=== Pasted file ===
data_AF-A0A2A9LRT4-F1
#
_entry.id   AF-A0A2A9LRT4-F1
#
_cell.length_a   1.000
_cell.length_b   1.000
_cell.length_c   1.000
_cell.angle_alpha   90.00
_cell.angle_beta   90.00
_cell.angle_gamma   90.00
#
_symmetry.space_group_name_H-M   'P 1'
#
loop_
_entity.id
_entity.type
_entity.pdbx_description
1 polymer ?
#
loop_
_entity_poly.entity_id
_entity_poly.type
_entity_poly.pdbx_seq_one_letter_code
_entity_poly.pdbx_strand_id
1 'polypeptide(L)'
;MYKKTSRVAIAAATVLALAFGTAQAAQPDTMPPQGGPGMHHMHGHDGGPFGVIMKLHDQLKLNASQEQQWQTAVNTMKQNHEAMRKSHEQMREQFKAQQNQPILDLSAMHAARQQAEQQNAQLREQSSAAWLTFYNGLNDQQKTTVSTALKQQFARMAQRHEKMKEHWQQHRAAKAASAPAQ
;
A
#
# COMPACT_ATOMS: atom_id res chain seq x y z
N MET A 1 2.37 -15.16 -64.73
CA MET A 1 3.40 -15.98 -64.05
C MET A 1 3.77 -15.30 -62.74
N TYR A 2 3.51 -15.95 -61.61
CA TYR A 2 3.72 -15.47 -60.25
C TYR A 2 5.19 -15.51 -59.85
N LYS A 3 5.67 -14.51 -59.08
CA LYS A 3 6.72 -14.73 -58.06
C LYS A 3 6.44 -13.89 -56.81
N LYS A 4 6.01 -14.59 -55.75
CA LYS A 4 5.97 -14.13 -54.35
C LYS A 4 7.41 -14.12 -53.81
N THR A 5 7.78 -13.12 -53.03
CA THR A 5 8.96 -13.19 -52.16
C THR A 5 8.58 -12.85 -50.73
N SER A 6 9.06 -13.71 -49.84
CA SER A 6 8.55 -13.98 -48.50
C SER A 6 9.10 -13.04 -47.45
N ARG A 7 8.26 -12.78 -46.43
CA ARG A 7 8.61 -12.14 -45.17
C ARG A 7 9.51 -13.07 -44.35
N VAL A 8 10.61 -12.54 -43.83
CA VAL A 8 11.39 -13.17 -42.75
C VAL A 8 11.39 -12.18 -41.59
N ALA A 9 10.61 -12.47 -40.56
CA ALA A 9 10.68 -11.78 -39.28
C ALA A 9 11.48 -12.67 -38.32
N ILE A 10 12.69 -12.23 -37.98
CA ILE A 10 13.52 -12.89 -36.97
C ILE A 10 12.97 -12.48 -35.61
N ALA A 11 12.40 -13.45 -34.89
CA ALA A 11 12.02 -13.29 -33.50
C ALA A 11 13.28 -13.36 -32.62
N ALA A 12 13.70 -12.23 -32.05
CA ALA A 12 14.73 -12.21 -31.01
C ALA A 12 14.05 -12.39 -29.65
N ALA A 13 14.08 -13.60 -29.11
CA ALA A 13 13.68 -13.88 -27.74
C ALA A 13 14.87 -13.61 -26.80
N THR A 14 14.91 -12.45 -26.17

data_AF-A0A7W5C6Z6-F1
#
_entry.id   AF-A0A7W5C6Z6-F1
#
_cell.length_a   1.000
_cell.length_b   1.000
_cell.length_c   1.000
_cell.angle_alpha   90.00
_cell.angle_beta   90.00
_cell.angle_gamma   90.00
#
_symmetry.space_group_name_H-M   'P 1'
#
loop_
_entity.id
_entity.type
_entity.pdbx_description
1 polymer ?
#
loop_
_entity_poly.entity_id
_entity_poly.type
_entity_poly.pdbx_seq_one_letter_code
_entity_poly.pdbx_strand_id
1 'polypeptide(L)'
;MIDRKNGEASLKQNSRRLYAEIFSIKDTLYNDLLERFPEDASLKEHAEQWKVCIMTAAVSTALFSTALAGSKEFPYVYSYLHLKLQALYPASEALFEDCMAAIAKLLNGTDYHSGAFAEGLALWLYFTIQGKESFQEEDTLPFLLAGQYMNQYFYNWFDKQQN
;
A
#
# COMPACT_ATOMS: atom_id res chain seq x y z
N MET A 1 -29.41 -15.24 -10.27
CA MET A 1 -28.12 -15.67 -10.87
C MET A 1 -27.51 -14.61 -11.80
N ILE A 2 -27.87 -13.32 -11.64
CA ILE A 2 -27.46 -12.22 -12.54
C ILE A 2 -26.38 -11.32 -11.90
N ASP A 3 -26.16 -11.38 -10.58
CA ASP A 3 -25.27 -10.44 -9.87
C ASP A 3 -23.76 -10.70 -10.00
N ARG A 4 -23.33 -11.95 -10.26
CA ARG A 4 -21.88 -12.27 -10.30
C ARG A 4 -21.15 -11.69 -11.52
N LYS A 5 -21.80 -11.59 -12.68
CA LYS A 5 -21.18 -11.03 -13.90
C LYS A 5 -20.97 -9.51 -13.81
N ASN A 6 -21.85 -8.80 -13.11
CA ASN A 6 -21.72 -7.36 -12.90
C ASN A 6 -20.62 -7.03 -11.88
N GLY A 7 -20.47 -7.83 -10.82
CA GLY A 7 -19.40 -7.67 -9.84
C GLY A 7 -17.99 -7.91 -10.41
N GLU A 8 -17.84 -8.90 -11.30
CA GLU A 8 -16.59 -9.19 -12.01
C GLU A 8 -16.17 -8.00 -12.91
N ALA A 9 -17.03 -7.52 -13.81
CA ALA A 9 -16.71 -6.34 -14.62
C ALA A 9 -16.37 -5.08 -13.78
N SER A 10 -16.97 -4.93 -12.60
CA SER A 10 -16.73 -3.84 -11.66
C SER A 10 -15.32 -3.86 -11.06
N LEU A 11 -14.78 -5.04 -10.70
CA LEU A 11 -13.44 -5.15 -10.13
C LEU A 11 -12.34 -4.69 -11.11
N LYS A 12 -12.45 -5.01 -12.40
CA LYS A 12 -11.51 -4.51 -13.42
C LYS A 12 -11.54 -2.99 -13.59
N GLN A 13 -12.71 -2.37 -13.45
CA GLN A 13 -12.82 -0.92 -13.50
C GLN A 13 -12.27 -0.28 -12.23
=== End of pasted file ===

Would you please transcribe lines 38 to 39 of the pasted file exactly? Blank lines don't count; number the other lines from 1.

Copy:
CA LYS A 3 6.72 -14.73 -58.06
C LYS A 3 6.44 -13.89 -56.81